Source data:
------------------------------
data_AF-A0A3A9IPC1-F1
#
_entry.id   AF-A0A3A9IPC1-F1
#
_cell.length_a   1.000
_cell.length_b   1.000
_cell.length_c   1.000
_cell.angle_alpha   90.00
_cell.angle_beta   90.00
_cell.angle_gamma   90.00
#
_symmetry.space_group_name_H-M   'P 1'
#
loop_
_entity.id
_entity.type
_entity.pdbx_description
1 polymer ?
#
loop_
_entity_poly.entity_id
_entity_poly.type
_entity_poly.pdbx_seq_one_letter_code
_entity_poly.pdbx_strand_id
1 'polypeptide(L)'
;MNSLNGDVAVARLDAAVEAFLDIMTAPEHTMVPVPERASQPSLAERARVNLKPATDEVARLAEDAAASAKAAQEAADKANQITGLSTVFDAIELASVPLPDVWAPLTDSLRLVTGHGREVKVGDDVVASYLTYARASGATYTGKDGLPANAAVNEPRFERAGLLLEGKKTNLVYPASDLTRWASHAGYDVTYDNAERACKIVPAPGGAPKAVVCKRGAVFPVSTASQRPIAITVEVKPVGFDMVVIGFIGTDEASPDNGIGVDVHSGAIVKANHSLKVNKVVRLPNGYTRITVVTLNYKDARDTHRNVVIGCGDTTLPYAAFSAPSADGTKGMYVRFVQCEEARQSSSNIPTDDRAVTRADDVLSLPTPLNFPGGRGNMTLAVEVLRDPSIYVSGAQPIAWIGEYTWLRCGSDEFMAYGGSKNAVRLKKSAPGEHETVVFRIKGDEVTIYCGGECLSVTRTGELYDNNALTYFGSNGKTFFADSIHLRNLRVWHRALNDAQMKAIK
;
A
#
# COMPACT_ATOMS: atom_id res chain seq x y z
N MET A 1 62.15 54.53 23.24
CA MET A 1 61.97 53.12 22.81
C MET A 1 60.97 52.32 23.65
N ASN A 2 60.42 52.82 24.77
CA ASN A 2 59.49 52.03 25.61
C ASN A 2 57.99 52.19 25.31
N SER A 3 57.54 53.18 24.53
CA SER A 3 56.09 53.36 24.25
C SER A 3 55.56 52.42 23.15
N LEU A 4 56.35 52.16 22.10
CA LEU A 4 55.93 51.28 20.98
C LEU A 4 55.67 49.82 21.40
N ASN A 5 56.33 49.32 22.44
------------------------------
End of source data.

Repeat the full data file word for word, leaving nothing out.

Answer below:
data_AF-A0A3A9IPC1-F1
#
_entry.id   AF-A0A3A9IPC1-F1
#
_cell.length_a   1.000
_cell.length_b   1.000
_cell.length_c   1.000
_cell.angle_alpha   90.00
_cell.angle_beta   90.00
_cell.angle_gamma   90.00
#
_symmetry.space_group_name_H-M   'P 1'
#
loop_
_entity.id
_entity.type
_entity.pdbx_description
1 polymer ?
#
loop_
_entity_poly.entity_id
_entity_poly.type
_entity_poly.pdbx_seq_one_letter_code
_entity_poly.pdbx_strand_id
1 'polypeptide(L)'
;MNSLNGDVAVARLDAAVEAFLDIMTAPEHTMVPVPERASQPSLAERARVNLKPATDEVARLAEDAAASAKAAQEAADKANQITGLSTVFDAIELASVPLPDVWAPLTDSLRLVTGHGREVKVGDDVVASYLTYARASGATYTGKDGLPANAAVNEPRFERAGLLLEGKKTNLVYPASDLTRWASHAGYDVTYDNAERACKIVPAPGGAPKAVVCKRGAVFPVSTASQRPIAITVEVKPVGFDMVVIGFIGTDEASPDNGIGVDVHSGAIVKANHSLKVNKVVRLPNGYTRITVVTLNYKDARDTHRNVVIGCGDTTLPYAAFSAPSADGTKGMYVRFVQCEEARQSSSNIPTDDRAVTRADDVLSLPTPLNFPGGRGNMTLAVEVLRDPSIYVSGAQPIAWIGEYTWLRCGSDEFMAYGGSKNAVRLKKSAPGEHETVVFRIKGDEVTIYCGGECLSVTRTGELYDNNALTYFGSNGKTFFADSIHLRNLRVWHRALNDAQMKAIK
;
A
#
# COMPACT_ATOMS: atom_id res chain seq x y z
N MET A 1 62.15 54.53 23.24
CA MET A 1 61.97 53.12 22.81
C MET A 1 60.97 52.32 23.65
N ASN A 2 60.42 52.82 24.77
CA ASN A 2 59.49 52.03 25.61
C ASN A 2 57.99 52.19 25.31
N SER A 3 57.54 53.18 24.53
CA SER A 3 56.09 53.36 24.25
C SER A 3 55.56 52.42 23.15
N LEU A 4 56.35 52.16 22.10
CA LEU A 4 55.93 51.28 20.98
C LEU A 4 55.67 49.82 21.40
N ASN A 5 56.33 49.32 22.44